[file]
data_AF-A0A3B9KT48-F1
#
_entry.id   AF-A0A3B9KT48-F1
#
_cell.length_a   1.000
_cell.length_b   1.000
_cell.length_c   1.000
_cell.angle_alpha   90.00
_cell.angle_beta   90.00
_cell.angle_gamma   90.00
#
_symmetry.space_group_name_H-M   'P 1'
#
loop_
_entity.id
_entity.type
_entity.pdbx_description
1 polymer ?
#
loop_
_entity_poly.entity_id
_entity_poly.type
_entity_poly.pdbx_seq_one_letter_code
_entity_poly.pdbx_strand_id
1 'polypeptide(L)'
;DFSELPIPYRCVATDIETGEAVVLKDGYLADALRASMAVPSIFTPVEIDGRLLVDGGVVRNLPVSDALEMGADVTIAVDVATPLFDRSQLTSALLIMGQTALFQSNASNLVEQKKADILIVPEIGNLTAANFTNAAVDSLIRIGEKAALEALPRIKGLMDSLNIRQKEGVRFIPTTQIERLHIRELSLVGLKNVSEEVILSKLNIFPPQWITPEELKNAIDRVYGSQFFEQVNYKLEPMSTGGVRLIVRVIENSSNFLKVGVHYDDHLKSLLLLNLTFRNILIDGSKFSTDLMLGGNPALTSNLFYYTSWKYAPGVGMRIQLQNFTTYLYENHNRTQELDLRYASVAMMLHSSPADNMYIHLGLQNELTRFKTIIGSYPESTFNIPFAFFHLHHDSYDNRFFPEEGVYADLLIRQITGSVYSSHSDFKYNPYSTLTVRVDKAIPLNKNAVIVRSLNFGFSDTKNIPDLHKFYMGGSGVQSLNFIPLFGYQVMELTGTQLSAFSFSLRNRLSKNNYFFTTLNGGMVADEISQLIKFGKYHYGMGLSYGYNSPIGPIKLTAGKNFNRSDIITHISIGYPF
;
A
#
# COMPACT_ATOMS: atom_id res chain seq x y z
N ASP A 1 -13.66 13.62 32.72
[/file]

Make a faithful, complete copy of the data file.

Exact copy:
data_AF-A0A3B9KT48-F1
#
_entry.id   AF-A0A3B9KT48-F1
#
_cell.length_a   1.000
_cell.length_b   1.000
_cell.length_c   1.000
_cell.angle_alpha   90.00
_cell.angle_beta   90.00
_cell.angle_gamma   90.00
#
_symmetry.space_group_name_H-M   'P 1'
#
loop_
_entity.id
_entity.type
_entity.pdbx_description
1 polymer ?
#
loop_
_entity_poly.entity_id
_entity_poly.type
_entity_poly.pdbx_seq_one_letter_code
_entity_poly.pdbx_strand_id
1 'polypeptide(L)'
;DFSELPIPYRCVATDIETGEAVVLKDGYLADALRASMAVPSIFTPVEIDGRLLVDGGVVRNLPVSDALEMGADVTIAVDVATPLFDRSQLTSALLIMGQTALFQSNASNLVEQKKADILIVPEIGNLTAANFTNAAVDSLIRIGEKAALEALPRIKGLMDSLNIRQKEGVRFIPTTQIERLHIRELSLVGLKNVSEEVILSKLNIFPPQWITPEELKNAIDRVYGSQFFEQVNYKLEPMSTGGVRLIVRVIENSSNFLKVGVHYDDHLKSLLLLNLTFRNILIDGSKFSTDLMLGGNPALTSNLFYYTSWKYAPGVGMRIQLQNFTTYLYENHNRTQELDLRYASVAMMLHSSPADNMYIHLGLQNELTRFKTIIGSYPESTFNIPFAFFHLHHDSYDNRFFPEEGVYADLLIRQITGSVYSSHSDFKYNPYSTLTVRVDKAIPLNKNAVIVRSLNFGFSDTKNIPDLHKFYMGGSGVQSLNFIPLFGYQVMELTGTQLSAFSFSLRNRLSKNNYFFTTLNGGMVADEISQLIKFGKYHYGMGLSYGYNSPIGPIKLTAGKNFNRSDIITHISIGYPF
;
A
#
# COMPACT_ATOMS: atom_id res chain seq x y z
N ASP A 1 -13.66 13.62 32.72